Rolling Heavy

One day you decide you want to open a shipping company. You buy a truck, a trailer, find space to operate, line up your first customer and stock the truck as full as possible and head on down the road, right? Wrong. There are a number of issues and requirements that must be addressed first, one of them being weight.

Currently, the federal government limits the weight of commercial vehicles to 80,000 pounds on the federal interstate system, except for a few states who have received exceptions for up to 100,000 pounds. A number of groups are urging the government to increase weight limits on these roads nationwide. But why do we care about weight?

Weight has a surprising impact on nearly every facet of the transportation life cycle - from cost, to safety, to engineering.

Drift back to high school physics. Force, in its simplest definition, is that which causes an object to change its velocity, or speed. This is usually calculated by mass (weight of the object) multiplied by the acceleration, therefore, the more something weighs, the more force it requires to achieve the same acceleration. While the specific calculations needed to move these trucking trailers is best left to engineers, it is easy to see that increased weight means extra engine power and therefore, more fuel is required. The harder engines work, the more they consume and the more a fleet has to pay to feed them. Whether it is higher speed or added weight, small changes can have a big impact on the bottom line and fleets must balance increased fuel use with the increased efficiency of running heavier loads.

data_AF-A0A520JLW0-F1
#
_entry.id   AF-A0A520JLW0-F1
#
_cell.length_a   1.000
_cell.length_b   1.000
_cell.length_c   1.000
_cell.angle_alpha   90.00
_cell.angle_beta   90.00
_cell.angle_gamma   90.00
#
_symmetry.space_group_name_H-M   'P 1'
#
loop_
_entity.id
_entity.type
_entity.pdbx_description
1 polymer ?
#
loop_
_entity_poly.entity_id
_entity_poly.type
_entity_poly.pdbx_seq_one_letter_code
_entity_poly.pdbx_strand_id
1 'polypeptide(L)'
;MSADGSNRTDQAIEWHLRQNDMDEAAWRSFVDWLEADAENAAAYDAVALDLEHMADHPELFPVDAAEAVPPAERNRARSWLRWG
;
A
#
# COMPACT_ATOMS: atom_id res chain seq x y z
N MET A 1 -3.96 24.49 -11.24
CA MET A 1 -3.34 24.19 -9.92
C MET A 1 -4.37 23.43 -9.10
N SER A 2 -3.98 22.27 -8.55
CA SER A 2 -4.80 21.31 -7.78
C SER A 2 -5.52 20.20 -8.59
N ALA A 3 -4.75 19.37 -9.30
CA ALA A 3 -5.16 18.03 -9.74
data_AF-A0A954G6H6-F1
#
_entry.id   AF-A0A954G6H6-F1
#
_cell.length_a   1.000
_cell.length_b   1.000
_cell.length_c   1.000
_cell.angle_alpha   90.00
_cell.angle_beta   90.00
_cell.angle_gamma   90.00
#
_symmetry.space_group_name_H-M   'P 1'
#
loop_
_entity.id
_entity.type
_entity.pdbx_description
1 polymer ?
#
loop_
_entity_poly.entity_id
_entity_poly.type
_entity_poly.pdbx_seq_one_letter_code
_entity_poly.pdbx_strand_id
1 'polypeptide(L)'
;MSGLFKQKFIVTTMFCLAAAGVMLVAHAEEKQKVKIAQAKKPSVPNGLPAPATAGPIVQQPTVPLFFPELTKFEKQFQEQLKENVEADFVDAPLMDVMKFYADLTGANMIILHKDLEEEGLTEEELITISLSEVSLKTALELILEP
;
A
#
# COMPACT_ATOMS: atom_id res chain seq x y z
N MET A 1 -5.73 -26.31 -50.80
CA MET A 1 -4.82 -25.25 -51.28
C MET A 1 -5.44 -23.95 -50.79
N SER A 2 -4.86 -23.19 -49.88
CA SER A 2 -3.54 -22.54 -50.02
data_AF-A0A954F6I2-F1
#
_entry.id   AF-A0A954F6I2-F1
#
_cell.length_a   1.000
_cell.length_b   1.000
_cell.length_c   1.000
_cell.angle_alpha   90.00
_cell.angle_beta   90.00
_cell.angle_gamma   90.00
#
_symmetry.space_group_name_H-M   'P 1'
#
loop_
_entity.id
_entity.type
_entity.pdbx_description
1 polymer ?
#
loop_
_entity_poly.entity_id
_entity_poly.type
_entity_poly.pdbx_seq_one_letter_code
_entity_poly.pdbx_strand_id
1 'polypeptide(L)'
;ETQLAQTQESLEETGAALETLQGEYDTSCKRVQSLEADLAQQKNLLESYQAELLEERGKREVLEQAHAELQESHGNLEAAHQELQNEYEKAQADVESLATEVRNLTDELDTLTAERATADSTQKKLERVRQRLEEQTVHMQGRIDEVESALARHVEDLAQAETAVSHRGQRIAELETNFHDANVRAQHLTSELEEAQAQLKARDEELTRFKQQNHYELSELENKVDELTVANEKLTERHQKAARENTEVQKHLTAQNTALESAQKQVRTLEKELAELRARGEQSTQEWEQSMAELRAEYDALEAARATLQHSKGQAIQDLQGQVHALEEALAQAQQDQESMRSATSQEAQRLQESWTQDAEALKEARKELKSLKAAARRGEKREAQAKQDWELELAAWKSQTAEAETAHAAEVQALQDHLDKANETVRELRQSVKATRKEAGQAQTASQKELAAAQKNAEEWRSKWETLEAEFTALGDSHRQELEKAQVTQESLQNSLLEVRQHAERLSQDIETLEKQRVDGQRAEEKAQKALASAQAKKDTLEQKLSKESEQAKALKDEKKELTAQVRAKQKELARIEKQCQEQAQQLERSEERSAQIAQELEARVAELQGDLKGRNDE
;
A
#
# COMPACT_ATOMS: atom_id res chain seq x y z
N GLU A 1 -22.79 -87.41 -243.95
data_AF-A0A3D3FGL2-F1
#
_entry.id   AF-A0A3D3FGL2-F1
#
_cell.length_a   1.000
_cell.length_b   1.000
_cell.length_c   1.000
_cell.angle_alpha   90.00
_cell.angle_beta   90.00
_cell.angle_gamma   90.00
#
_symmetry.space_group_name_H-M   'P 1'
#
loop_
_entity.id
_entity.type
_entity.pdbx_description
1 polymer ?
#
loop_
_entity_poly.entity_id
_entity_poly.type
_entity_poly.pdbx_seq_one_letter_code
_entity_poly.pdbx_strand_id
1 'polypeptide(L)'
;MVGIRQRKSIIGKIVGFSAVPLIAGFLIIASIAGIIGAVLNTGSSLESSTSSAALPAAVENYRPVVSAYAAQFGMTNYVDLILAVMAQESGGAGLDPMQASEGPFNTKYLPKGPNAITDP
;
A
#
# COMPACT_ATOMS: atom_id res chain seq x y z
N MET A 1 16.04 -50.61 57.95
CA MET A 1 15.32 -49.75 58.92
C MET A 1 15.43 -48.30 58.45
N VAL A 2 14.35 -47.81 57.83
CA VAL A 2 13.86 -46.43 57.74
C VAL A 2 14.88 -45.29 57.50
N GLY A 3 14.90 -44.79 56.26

But how does additional weight and fuel impact safety? Well, that same equation that shows more weight takes more power to move also shows that more weight means more power required to stop. Often this stopping power equates to stopping distance. It's no new concept that the faster you drive the more time it takes to stop; the same is true with weight, the more weight behind you the longer the distance needed to slow down. This can have a profound impact in split-second situations where a tractor-trailer may need to reduce speed quickly for their own (and others?) safety.

What does this mean for engineering? Roads are designed to handle a certain amount of wear and tear created from volume of traffic, freezing and thawing, and yes, weight. The closer traffic weight gets to the designed maximum weight limits, the quicker a road breaks down. While an increase to maximum commercial weights can be changed with a simple signature of Congress, the amount of weight roads can handle is not so easily improved. And the impact increased weight would have on road design and maintenance costs must be considered before changes are made.

Recently though, the transportation sector has something to be excited about. The U.S. Department of Transportation will soon be teaming with state agencies to study what effects trucks running heavier than currently allowed have on safety. This is an integral step in properly analyzing the increase in weight so many fleets and industry groups are pushing for.

After all, knowledge is power, and we're not just saying that because we're data geeks either.

This entry was posted on April 30th, 2012 by jhubbard and is filed under Recent News & Updates.